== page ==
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2019-11-26 15:25:45   •   ID: 2135

Keilmesser from the Dnjestr Valley

Figure 1
Figure 2
Figure 3
Figure 1 and 2: At first glance this crescent like, 13 cm long, bifacial Artifact looks like a sickle, well known from the Dnjestr Valley and adjacent areas (see for example here: 1012 ).

Remarkably the Biface is heavily rolled and considerably thicker than its Endneolithic local counterparts.

Neolithic Flint sickles were usually non patinated, knapped by pressure retouch and very thin which is not the case in the artifact of this post.

In my view the artifact shown here is a classic Keilmesser with a concave cutting edge and with a tranchet blow (shown in Figure 3).

Anyhow, it has to be mentioned, that classical tranchet blows are generally rare in the Eastern Micoquian.

Keilmesser subtypes, comparable with the piece shown here, are especially well documented on the Krim Peninsula and were called: "Backed biface type Starosele" or, if non backed: "Sub-crescent uni- or bifacial scraper" (Marks and Monigal),

These Keilmesser are interpreted as one possibel last step of tool rejuvenation of bifacial tools (Marks and Chabaï 1998 pp 160). An example from Staroselje is shown in the first external link- Figure 8.

Morphologically „Bifaces type Starosele“ resemble Micoquian tools from other Crimean sites like the "Hook like" scrapers at Kabazi 5 (Marks and Chabaï 1998 pp 305).

Well executed concave cutting edges, which are rare in Western and Central Europe, are well known on scrapers and points from Kiik-Koba ensembles (sub-crescent points)- see 1727 and Demidenko 2018.

In Comparison to other "Facies" of the Micoquian in the Krim (Ak-Kaya and Kiik-Koba) "..at Staroselje the Micoquian layers are characterized by bifacial points and side scrapers as well as bifaces. Bifacial points and side scrapers have an average share of 15 % of all tools. Unifacial convergent side scrapers and points have an average share of up to 45 % of all tools.

Backed knives (Keilmesser) are in contrast to the Ak-Kaya facie underrepresented (up to 10 % of all tools). The average tool sizes are smaller than in Ak-Kaya assemblages, probably due to a more pronounced state of reduction.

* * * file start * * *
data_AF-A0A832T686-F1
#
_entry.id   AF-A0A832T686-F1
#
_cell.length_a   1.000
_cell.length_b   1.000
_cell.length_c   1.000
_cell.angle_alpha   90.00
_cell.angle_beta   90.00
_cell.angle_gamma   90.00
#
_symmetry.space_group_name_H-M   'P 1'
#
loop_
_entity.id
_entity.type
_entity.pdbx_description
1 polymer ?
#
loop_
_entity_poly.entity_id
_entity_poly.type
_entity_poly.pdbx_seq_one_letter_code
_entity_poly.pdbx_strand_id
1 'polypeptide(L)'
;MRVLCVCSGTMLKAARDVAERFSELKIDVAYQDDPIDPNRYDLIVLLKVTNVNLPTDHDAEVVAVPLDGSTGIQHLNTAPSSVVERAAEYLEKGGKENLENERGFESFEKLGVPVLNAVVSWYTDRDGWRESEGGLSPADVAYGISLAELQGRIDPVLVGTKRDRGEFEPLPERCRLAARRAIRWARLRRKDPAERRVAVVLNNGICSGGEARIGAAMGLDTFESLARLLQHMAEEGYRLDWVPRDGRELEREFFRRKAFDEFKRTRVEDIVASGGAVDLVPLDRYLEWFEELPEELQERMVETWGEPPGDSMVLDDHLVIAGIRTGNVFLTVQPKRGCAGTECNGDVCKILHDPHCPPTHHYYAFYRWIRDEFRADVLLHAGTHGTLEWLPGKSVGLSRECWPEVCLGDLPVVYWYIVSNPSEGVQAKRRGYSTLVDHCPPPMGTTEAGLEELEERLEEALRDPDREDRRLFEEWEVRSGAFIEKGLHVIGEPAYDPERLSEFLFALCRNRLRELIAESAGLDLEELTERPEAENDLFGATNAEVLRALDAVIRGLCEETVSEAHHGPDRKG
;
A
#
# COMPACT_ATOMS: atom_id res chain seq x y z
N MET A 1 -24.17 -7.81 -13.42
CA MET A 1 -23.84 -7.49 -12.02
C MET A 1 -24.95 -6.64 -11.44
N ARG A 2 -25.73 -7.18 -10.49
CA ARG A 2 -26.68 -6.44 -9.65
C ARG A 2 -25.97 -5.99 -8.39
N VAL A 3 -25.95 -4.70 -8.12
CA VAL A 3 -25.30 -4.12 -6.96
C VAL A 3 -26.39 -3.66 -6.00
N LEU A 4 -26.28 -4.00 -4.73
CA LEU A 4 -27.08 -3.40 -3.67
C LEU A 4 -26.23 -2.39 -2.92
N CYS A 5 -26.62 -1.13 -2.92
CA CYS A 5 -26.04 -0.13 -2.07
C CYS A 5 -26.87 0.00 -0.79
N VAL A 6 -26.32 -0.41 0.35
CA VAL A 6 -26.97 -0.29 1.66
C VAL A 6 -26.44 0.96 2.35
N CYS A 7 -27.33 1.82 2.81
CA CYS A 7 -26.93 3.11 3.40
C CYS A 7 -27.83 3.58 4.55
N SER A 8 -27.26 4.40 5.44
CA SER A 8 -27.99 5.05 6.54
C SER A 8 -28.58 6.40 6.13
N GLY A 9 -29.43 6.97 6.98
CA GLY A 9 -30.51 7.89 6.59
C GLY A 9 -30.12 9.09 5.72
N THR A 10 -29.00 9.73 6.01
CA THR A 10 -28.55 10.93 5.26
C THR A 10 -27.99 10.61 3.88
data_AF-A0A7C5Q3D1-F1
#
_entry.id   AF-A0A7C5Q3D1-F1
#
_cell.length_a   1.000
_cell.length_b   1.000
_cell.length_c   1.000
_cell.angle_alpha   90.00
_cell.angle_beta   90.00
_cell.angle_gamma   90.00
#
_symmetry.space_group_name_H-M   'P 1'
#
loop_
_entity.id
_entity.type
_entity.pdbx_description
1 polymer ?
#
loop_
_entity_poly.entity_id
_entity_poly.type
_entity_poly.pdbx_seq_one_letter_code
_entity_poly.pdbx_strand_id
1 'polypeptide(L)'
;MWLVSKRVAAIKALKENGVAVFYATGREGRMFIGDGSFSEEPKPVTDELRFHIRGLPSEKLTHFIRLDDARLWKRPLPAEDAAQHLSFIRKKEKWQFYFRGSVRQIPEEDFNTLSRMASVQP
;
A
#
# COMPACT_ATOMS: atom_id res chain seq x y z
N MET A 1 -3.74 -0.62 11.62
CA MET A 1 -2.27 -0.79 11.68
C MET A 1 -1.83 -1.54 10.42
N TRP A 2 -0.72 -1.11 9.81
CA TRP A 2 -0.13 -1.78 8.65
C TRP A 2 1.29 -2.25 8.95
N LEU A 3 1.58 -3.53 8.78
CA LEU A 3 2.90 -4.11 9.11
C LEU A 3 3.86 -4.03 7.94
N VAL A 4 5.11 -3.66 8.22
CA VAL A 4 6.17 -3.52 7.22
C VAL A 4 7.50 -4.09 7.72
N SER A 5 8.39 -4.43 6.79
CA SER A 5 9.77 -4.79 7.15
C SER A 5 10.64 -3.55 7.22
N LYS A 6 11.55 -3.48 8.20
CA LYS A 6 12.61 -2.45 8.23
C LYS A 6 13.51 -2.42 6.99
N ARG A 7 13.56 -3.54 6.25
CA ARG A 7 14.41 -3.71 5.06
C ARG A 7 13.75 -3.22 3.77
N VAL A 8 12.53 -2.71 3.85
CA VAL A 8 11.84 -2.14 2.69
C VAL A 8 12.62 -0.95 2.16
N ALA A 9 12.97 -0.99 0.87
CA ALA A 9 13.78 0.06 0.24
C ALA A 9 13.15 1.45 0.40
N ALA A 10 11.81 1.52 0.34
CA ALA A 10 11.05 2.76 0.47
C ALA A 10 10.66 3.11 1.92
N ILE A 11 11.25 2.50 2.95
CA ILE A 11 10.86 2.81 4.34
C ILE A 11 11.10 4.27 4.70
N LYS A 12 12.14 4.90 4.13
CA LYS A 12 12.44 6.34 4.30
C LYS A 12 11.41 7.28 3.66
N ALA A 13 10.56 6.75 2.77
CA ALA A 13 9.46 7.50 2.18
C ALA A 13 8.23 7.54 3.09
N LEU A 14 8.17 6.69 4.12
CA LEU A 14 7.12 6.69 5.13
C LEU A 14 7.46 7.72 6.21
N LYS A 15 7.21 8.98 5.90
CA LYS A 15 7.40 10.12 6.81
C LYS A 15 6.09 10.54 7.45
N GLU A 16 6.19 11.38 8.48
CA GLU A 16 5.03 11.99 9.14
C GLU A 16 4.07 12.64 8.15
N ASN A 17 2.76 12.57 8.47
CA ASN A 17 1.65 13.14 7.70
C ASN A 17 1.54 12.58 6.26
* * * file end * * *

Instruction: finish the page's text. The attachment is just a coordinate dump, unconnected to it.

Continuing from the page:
Figure 4
Concerning the tool sizes, Starosele lies in between Ak-Kaya assemblages with biggest average tool sizes and Kiik-Koba inventories with smallest sizes, what is possible due to different stages of reduction
" (Forschungsstelle Altsteinzeit (FAST).

Figure 5
Beside being the product of a specific reduction process, the concave cutting edge may have a specific functional meaning, consequence of a special tool concept. Anyhow this has not been evaluated till now.

The last Pictures (Figure 4 and Figure 5) show a Keilmesser from the Buhlen site in N- Hessen / Germany in comparison to our example (Figure 6).

Figure 6
With a more or less concave cutting edge they are almost identical with the item from the Ukraine, shown in this post. They represent only snapshots of a wide continuum from convex, straight to concave cutting edges, found on richer KMG-sites over Europe- for example at Wylotne / Poland and Sukhaya Mechetka (Stalingradskaya) in the Middle Volga region.

Berin Cep recently displayed "Halbkeile" and Bifaces from the Bocksteinschmiede in the Swabian Jura with concave cutting edges (last external link Figure 2).

This indicates that the Keilmesser Concept inevitably produced similar results, despite a distance of 2500 km between the sites–over an enormous Middle Paleolithic interaction sphere ...

Suggested Reading:

G Bosinski, Wetzel R (1969) Die Bocksteinschmiede im Lonetal. (Veröffentlichungen des Staatlichen Amtes für Denkmalpflege Stuttgart, H. 15.)

G Bosinski (1967) Die mittelpaläolithischen Funde im westlichen Mitteleuropa. Dissertation. Universität Köln 1963.

Marks A.E. and Chabaï V.P. dir. (1998): The Middle Paleolithic of Western Crimea, vol. 1

Marks A.E. and Monigal K. dir. (1999): The Middle Paleolithic of Western Crimea, vol. 2

Kozlowski S (2006) Wylotne and Zwierzyniec: Paleolithic Sites in Southern Poland